K-5 Digital Literacy Scope and Sequence

Students need to develop skills in digital literacy from Kindergarten to Grade 12 to become more fluent in the areas of internet safety, digital self-image, digital citizenship, copyright laws, media management and information curation, as well as ethical considerations such as cyberbullying. Technology fosters the ability for children to tackle complex tasks, access learning resources and supports, personalize learning, and represent their learning in multiple-literacies. Therefore, it is important for our students to learn how to use technology in a safe and respectful manner to ensure they are learning in a safe environment.

The updated K5DLSS site can be found at http://www.prn.bc.ca/ss/k5DL/ and is organized by:

  1. Foundational Operations – basic skills and concepts around computer technology, programs, services
  2. Processes for Productivity – skills with genres of software or affordances of computer technology
  3. Communicating & Inquiry – specific examples of activities that can be integrated into the curriculum.
  4. Safety & Citizenship – While teachers will grow their own skills in technology over time, we feel it is critically important that lessons on digital safety and citizenship be incorporated into practice right away.

The K-5 Digital Literacy Scope and Sequence (K5DLSS) learning standards supports much of the pre-existing and new curriculum. Learning resources are available on the K5DLSS site to support our primary and intermediate teachers in the integration of technology into their curriculum, and the lessons also connect to the Core Competencies of Thinking, Communicating, and Personal & Social. In addition, the K5DL Scope and Sequence support the curricular areas of Careers, Applied Design Skills and Technology, Physical and Health Education, Language Arts, and PBIS (anti-bullying) within the school and classroom.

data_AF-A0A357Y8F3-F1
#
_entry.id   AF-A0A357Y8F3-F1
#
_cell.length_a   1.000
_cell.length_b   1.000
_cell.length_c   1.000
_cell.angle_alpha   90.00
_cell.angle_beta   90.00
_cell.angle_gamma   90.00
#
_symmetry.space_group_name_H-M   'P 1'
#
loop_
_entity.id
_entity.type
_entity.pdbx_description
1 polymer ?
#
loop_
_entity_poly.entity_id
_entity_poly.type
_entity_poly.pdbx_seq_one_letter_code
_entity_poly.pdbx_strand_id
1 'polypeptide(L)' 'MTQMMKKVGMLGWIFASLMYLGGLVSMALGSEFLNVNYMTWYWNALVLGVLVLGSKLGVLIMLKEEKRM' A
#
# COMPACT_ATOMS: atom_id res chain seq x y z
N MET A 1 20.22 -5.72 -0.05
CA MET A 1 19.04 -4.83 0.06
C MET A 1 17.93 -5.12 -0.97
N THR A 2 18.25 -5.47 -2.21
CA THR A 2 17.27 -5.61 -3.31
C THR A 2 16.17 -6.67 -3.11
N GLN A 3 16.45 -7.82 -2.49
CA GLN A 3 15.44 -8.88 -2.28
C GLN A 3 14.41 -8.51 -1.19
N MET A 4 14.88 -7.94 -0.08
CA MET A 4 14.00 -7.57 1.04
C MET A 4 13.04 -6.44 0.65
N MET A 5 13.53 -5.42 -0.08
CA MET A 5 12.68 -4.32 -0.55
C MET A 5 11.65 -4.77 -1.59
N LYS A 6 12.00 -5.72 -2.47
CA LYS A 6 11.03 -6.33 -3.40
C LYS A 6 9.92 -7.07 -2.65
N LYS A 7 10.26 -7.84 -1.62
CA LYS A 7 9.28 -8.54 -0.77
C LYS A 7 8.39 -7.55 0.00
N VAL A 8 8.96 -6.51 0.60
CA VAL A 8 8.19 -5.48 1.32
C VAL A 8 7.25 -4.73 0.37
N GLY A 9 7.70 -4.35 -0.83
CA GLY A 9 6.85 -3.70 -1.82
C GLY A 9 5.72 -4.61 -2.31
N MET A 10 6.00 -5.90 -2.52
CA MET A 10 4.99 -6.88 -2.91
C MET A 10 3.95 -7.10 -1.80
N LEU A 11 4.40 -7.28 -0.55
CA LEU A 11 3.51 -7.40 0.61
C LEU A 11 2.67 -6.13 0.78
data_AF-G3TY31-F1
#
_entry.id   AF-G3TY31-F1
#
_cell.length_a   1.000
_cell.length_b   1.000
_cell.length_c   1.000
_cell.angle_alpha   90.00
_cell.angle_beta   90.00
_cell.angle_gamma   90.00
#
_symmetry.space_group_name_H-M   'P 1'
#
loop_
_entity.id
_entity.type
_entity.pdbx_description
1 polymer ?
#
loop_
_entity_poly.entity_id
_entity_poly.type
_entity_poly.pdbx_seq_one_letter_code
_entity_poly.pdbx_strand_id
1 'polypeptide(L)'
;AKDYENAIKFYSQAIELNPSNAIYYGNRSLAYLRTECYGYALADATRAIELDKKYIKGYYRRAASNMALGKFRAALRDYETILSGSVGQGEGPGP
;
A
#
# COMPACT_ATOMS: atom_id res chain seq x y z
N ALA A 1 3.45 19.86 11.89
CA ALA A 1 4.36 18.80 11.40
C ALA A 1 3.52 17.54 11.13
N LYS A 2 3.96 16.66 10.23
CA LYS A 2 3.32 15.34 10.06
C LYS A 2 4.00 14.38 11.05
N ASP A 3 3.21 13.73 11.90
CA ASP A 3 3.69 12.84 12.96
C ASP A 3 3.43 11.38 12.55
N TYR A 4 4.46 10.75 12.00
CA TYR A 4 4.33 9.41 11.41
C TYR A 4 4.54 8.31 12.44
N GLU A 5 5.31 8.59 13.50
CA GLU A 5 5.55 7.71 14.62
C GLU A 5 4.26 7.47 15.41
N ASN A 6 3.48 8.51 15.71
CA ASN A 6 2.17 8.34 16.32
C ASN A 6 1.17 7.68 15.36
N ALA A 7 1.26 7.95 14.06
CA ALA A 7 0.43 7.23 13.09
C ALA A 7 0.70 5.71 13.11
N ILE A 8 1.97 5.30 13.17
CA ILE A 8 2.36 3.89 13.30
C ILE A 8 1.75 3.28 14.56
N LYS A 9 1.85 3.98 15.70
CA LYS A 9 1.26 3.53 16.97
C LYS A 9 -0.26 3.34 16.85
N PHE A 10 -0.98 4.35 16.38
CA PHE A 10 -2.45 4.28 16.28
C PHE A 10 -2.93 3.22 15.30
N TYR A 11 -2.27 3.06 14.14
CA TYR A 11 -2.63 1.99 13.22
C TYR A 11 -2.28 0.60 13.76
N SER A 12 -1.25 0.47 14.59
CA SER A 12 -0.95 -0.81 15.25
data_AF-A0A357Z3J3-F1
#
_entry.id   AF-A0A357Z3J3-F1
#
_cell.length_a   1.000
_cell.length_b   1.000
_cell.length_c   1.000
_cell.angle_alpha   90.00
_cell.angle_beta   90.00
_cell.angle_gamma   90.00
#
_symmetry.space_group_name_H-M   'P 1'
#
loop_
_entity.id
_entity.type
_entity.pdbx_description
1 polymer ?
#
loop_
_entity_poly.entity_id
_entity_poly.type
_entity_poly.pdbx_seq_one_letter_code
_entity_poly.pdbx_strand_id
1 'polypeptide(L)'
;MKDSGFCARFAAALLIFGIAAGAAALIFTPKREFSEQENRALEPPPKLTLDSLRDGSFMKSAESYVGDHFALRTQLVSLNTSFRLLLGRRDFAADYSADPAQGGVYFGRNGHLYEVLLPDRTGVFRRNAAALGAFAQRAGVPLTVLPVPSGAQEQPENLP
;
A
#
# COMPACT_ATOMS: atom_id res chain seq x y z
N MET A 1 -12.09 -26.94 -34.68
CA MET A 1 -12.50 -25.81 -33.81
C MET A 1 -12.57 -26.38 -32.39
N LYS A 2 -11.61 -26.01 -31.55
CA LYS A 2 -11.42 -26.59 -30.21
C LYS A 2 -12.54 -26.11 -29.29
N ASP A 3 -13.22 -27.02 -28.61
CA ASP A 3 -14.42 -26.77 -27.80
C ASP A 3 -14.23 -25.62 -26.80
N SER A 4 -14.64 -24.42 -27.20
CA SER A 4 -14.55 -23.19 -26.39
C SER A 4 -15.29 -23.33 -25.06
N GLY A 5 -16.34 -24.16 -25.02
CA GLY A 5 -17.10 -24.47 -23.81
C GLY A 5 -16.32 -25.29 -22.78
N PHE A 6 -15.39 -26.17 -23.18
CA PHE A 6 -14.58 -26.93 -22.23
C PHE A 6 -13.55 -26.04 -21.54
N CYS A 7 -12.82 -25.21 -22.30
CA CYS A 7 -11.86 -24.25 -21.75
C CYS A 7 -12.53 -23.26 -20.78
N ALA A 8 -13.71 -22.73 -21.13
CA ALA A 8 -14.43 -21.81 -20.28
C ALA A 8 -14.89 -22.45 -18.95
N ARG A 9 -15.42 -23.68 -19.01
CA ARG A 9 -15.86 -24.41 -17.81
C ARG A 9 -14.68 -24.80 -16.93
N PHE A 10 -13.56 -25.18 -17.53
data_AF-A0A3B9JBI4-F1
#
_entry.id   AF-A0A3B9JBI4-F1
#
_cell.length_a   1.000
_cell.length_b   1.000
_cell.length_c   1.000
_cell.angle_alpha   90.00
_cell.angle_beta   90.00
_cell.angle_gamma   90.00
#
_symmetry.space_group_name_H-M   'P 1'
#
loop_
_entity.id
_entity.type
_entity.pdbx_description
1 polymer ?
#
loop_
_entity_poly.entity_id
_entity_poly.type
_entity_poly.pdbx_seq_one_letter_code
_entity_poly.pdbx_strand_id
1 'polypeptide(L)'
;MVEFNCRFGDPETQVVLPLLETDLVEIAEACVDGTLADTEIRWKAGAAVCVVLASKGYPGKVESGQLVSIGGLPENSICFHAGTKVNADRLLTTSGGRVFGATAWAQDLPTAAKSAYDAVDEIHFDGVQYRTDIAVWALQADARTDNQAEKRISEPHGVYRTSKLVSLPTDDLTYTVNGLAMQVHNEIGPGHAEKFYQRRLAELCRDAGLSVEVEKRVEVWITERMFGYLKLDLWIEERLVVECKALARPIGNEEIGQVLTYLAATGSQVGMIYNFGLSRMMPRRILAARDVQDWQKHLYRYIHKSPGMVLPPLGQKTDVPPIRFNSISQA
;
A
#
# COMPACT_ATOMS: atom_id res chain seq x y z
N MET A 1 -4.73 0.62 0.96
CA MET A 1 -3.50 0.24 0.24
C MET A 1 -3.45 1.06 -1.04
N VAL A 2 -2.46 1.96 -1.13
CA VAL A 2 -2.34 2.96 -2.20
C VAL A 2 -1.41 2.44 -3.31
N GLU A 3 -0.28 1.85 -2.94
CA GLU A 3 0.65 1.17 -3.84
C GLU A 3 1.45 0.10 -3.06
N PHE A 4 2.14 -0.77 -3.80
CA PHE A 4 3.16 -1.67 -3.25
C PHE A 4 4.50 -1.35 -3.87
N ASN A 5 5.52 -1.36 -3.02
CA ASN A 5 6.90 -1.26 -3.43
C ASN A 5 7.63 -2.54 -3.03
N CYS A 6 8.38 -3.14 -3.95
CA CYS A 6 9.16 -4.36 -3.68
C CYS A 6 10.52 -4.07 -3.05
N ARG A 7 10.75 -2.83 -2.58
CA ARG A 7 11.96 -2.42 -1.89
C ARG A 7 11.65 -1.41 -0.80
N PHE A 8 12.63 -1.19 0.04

While technology skills should be explicitly taught to our students to increase digital literacy, technology plays a more ubiquitous role in fostering Universal Designs for Learning (UDL). Technology allows students to demonstrate understanding in multiple ways and allows many to participate and access curriculum where they would not normally be able to do so.

Lessons & Resources

Through the support of contributors we will continue to create learning resource tools that include videos, lesson plans, posters, how-to documents, large group, and small group instruction. The site is a living document, so please feel free to share your resources with Jarrod, Laurie, or Glen to be posted on the site, remembering that any resources shared will fall under a Creative Commons Attribution – Non Commercial – Share Alike 3.0 Unported License.